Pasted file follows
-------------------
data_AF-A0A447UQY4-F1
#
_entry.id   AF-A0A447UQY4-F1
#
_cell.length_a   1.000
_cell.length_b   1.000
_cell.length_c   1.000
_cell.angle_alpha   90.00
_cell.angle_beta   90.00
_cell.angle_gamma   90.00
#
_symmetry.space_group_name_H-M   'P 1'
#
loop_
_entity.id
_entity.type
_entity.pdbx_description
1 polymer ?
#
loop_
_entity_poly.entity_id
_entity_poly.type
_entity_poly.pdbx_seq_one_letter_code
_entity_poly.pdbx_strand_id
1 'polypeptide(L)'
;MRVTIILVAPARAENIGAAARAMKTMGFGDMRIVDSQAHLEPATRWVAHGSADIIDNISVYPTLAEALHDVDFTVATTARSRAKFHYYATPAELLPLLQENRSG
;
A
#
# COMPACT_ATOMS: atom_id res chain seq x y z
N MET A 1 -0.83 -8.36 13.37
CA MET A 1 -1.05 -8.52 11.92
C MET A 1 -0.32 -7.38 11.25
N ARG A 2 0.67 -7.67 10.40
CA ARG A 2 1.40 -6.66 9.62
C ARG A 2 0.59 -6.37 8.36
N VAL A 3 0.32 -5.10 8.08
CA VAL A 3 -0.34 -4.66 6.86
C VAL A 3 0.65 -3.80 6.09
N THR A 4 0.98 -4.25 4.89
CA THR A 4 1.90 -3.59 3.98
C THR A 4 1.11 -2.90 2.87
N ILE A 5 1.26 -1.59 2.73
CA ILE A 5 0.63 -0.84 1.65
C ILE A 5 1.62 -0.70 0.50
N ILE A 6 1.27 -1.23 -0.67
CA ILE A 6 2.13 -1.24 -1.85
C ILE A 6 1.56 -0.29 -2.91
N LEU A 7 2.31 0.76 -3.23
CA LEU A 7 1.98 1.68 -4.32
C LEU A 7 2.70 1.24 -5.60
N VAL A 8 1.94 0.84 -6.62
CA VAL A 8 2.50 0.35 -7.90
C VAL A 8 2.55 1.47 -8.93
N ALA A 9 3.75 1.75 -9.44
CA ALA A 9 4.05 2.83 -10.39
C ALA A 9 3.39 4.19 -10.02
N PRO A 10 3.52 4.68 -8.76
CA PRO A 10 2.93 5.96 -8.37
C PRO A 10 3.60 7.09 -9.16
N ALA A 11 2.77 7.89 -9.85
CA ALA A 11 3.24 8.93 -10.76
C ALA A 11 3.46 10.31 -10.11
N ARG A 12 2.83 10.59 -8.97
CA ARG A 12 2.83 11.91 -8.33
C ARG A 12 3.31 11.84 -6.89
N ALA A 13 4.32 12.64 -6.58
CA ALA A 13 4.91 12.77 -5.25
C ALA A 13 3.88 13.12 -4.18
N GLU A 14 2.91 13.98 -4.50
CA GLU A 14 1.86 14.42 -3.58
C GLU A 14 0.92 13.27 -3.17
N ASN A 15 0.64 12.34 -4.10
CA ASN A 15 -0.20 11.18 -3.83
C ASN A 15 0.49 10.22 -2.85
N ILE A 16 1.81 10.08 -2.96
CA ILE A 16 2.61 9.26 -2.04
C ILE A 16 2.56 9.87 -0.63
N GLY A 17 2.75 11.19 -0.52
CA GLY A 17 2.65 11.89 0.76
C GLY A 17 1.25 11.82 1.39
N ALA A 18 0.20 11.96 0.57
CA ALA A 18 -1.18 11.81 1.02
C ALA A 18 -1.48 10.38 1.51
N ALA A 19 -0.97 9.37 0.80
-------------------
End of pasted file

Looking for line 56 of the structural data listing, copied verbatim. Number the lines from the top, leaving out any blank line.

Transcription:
CA ALA A 9 4.05 2.83 -10.39